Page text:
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Airbus works closely with its partners across the continent and is involved in both commercial and defense aviation. The region is also prospered by numerous aerospace companies constantly working on disruptive technologies for future-generation aircraft.
Africa is another region with one of the highest growth rates in aviation, and the impact of air transport on its regional GDP was 2.7%. This is impressive for the continent, considering the size of its overall economy compared to other parts of the world. More than 7.7 million jobs have been created and fulfilled in the region. Many small companies are making their mark in fostering the aviation market in the area.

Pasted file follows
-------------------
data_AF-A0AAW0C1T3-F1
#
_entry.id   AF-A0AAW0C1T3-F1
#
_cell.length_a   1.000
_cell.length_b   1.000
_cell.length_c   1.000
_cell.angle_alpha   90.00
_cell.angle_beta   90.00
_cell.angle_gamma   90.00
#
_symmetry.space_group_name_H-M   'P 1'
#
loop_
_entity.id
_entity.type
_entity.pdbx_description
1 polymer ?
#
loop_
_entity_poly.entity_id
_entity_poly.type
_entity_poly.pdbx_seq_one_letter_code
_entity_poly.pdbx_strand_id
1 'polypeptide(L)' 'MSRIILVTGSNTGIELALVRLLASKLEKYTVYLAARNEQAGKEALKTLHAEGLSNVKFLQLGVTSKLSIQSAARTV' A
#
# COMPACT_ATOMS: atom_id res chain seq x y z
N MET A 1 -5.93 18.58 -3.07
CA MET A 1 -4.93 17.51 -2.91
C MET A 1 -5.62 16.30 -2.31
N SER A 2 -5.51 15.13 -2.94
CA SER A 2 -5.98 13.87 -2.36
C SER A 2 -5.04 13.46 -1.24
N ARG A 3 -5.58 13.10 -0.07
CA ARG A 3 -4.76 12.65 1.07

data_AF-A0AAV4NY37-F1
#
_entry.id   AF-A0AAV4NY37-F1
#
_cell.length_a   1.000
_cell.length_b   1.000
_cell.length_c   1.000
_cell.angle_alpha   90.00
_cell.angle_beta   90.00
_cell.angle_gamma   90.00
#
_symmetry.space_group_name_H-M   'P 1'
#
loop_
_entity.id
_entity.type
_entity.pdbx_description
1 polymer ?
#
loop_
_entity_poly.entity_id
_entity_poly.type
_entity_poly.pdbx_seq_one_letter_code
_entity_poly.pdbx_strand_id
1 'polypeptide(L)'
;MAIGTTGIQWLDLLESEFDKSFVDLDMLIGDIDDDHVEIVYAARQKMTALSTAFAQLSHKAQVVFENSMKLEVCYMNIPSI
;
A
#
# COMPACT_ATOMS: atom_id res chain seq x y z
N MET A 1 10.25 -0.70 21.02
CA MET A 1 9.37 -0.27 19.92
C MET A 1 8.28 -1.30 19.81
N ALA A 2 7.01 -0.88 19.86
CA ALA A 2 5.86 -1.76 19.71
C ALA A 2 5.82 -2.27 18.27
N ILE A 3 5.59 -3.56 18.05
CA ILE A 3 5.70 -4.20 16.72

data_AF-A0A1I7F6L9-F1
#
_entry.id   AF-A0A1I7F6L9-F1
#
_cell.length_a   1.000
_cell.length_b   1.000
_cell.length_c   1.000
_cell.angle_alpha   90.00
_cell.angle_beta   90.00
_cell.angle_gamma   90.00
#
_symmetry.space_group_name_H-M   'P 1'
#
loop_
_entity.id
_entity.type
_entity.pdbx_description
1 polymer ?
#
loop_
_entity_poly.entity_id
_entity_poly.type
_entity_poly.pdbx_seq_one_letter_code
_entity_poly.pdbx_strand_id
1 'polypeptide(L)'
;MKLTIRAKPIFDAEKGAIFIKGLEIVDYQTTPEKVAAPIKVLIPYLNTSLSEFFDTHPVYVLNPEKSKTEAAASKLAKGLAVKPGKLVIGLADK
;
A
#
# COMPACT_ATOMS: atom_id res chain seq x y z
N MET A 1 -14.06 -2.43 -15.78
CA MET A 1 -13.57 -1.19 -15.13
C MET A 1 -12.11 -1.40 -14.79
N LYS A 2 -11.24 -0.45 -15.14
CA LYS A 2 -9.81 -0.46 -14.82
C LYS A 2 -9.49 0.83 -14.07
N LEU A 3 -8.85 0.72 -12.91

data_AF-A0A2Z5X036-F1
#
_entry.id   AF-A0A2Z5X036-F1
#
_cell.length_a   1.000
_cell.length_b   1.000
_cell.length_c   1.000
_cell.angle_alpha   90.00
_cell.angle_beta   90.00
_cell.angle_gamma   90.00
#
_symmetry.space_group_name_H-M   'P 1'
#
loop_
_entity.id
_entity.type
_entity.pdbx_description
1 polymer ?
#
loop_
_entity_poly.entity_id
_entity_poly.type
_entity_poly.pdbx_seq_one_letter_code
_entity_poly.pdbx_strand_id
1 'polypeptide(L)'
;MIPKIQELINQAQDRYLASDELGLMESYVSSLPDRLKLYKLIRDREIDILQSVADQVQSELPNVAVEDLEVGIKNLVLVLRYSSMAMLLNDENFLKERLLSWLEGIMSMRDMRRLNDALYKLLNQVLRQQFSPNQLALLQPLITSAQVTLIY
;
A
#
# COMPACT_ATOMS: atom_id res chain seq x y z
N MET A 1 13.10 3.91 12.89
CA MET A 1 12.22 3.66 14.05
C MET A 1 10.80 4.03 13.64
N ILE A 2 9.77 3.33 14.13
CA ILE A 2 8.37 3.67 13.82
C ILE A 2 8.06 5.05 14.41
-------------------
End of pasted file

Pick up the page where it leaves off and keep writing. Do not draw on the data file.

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Major airlines, such as Ethiopian Airlines, Kenya Airways, and Royal Air Maroc, are expanding their service offerings, thereby contributing more and more to the regional GDP. With the expansion of the middle class, the impact on the aviation job market is substantial.
5 The Middle East
In the Middle East, the impact of air transport on the regional GDP was an astounding 7.6%. Over 3.4 million jobs were created and fulfilled in the region. The Middle Eastern market is growing at a much faster rate. With new low-cost and full-service airlines, employment opportunities are increasing. Additionally, the Saudi Arabian Vision 2030 is targeting more than 100 million visitors in the country in the next decade.